A pro-life bill that would ban discriminatory abortions on unborn babies with genetic abnormalities such as Down syndrome is on its way to the Arizona House for a final vote.

Senate Bill 1457, sponsored by state Sen. Nancy Barto, R-Phoenix, passed the Arizona Senate earlier this month, and, on Wednesday, received approval in a House committee. The vote was 6-4.

If enacted, the bill would make it a crime to abort an unborn baby because he or she was diagnosed with a genetic disorder. Exceptions would be allowed if the mother’s life is at risk. Abortionists who violate the measure could face jail time, but mothers would not be punished. Arizona already prohibits discriminatory abortions because of an unborn baby’s race or sex.

The bill also would prohibit dangerous abortion drugs from being delivered by mail without a woman having an exam or seeing a doctor, and prohibit public schools from referring students for abortions. It would require that the remains of aborted babies be buried or cremated as well.

“What we’re trying to do is protect those that are most vulnerable in the womb,” Barto said, according to Capitol Media Services. “And right now, it’s those with disabilities. They’re being singled out and targeted.”

Research suggests up to 93 percent of unborn babies diagnosed with Down syndrome in the U.S. are aborted. Recent reports in The Atlantic and CBS News found that nearly 100 percent of unborn babies who test positive for Down syndrome are aborted in Iceland, 95 percent in Denmark and 90 percent in England.

Parents also frequently report feeling pressured to abort unborn babies with Down syndrome and other disabilities. One mom recently told the BBC that she was pressured to abort her unborn daughter 15 times, including right up to the moment of her baby’s birth. Another mother from Brooklyn, New York said doctors tried to convince her to abort her unborn son for weeks before they took no for an answer.

The goal of Barto’s bill is to stop this discrimination and protect unborn babies and mothers, but some Democrat lawmakers claimed it would force certain religious views on others.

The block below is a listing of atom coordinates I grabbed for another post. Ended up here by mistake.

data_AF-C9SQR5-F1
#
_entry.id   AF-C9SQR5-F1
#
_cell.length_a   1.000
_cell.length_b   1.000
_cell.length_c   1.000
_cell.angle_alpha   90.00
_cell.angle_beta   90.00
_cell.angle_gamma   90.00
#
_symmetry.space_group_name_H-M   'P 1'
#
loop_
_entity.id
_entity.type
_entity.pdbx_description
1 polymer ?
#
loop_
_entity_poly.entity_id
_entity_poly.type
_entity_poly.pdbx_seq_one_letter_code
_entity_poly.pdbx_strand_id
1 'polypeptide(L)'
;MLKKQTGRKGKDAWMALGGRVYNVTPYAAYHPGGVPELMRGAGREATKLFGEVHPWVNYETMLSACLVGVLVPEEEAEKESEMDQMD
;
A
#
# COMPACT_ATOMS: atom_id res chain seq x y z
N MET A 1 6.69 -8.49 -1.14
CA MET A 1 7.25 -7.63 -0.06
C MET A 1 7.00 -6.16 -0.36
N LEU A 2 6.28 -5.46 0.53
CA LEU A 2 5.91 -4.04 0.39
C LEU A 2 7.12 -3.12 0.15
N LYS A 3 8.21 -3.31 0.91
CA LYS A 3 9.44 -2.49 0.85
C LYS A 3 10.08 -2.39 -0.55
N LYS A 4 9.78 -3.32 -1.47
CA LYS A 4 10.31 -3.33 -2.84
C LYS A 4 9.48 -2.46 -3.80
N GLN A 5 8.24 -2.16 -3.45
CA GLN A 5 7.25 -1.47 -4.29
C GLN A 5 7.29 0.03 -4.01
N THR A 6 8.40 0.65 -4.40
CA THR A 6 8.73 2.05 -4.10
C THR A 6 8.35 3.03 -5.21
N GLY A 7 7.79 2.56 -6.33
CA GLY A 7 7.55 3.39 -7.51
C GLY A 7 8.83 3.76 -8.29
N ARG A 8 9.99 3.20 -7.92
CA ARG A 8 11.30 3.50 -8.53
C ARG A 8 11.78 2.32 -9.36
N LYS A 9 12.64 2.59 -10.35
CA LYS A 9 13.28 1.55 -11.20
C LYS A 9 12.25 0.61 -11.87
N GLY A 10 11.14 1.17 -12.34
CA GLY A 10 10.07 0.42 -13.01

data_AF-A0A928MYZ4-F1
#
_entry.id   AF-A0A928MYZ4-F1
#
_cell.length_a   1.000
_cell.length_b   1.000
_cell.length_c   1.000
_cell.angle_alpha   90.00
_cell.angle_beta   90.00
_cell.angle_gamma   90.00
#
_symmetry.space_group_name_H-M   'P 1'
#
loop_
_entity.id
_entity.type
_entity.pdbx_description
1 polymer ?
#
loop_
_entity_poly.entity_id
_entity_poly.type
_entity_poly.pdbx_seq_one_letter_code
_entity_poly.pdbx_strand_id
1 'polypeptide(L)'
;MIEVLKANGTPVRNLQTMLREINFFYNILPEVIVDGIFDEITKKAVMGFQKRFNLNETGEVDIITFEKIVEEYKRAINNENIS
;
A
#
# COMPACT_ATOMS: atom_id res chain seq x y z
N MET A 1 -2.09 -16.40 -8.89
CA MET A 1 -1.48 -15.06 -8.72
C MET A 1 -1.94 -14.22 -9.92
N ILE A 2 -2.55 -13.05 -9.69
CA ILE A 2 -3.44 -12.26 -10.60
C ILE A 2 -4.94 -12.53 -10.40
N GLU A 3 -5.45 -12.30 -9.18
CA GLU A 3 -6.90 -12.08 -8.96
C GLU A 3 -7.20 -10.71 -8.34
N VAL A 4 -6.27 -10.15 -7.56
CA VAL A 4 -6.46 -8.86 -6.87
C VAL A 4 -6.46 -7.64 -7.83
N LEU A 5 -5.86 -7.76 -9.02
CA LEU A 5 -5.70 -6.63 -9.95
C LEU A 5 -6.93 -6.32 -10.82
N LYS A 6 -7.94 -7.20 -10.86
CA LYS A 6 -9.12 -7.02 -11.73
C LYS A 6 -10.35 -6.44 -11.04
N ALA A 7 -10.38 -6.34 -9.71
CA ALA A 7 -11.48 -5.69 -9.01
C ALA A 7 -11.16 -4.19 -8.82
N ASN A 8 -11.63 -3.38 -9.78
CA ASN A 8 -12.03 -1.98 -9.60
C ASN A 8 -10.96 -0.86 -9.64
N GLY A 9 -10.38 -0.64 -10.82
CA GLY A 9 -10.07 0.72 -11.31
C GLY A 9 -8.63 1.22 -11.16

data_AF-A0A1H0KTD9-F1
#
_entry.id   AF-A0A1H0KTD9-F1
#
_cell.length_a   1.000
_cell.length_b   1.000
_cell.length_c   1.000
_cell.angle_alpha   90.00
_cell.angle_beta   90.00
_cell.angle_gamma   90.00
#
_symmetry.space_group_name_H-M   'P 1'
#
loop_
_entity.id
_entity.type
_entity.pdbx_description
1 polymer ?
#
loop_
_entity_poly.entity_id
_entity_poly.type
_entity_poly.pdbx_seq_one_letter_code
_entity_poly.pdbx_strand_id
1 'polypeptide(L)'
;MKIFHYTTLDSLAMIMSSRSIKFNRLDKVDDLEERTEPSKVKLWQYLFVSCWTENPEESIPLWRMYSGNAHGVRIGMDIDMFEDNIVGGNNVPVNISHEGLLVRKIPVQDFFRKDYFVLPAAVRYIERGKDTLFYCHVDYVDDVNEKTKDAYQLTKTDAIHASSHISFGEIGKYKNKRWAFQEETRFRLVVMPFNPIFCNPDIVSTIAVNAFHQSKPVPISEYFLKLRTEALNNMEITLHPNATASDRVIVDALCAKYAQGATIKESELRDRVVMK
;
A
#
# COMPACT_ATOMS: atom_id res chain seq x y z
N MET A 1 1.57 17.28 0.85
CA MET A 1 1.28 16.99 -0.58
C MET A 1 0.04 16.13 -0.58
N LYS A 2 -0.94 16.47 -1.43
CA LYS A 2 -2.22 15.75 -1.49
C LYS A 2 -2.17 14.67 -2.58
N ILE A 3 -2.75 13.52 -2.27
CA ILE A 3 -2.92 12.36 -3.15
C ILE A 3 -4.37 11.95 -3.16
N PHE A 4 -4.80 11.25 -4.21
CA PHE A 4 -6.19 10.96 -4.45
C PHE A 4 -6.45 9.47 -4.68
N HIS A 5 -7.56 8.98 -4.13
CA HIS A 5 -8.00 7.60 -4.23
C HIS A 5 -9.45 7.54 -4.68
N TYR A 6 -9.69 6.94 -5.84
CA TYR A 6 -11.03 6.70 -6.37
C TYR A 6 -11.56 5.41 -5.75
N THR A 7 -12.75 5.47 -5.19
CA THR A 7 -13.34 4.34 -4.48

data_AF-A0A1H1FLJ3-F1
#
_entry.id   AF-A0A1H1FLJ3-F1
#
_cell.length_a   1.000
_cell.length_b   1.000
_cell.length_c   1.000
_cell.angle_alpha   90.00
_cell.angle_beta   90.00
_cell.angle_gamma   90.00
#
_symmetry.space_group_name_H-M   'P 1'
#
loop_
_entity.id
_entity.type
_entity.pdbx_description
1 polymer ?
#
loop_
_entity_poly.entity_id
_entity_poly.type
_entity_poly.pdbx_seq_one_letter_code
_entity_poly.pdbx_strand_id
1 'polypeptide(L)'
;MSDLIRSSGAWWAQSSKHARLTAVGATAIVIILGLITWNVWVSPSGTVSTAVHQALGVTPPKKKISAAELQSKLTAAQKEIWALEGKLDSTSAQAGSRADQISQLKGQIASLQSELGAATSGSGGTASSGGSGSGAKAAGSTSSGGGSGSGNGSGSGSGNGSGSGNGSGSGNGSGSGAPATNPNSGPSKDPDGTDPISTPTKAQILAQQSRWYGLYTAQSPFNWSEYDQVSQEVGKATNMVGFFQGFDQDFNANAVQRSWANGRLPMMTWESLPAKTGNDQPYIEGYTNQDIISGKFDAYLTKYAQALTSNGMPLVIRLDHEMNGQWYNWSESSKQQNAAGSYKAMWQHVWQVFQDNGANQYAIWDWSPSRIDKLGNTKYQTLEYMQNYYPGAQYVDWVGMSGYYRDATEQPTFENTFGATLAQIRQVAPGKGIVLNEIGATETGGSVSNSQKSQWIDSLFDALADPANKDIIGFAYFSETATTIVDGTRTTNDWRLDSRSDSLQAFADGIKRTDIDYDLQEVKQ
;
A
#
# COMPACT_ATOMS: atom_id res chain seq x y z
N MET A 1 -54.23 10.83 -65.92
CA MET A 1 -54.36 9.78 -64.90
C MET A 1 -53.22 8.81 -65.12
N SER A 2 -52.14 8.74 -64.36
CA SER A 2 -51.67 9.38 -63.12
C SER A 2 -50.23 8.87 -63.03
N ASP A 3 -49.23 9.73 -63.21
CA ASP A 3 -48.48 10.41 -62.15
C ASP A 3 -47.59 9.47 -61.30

ACTION ALERT: Contact Arizona House lawmakers to urge support for the legislation.

Here’s more from the local news:

Rep. Melody Hernandez, D-Phoenix, said it’s not that simple. It starts, she said, with the measure adopting the “one specific religious view” into law.

SB 1457 has verbiage to say that an “unborn child at every stage of development (has) all rights, privileges and immunities available to other persons, citizens and residents of this state.”

Rep. Jacqueline Parker, R-Mesa, disagreed.

“It’s not really a religious issue,” she said. “It’s a scientific issue,” Parker continued. “And we should be allowed to bring up science that supports when life begins even if it’s inconvenient for certain agendas.”

The committee also heard testimony from OB-GYN Dr. Lance Holeman who explained how the bill would protect women through the abortion drug restrictions, according to the report. Holeman said abortion groups that send abortion drugs in the mail to women without requiring an examination first could put her life at risk. He said about 2 percent of pregnancies are ectopic, and a woman with an undetected ectopic pregnancy who takes the drugs could be at risk of death.

The pro-life group Center for Arizona Policy is a leading advocate of the legislation.

“I applaud Senator Nancy Barto for sponsoring this commonsense legislation and the senators who voted for it because preborn babies who happen to have Down syndrome deserve a chance at life, women deserve critical medical attention if they take the abortion pill, and Arizona taxpayers shouldn’t have to subsidize the abortion industry,” said Cathi Herrod, president of the organization.

South Dakota recently passed a similar law to ban discriminatory abortions on unborn babies with Down syndrome.

Abortion discrimination occurs at an alarming rate, and it is getting worse with advances in prenatal testing.

The Telegraph reports about 90 percent of unborn babies who test positive for Down syndrome in the United Kingdom are aborted. A recent report in the European Journal of Human Genetics found that the number of babies with Down syndrome born in the UK dropped 54 percent since the non-invasive prenatal screening tests became available about a decade ago.

ACTION ALERT: Contact Arizona House lawmakers to urge support for the legislation.

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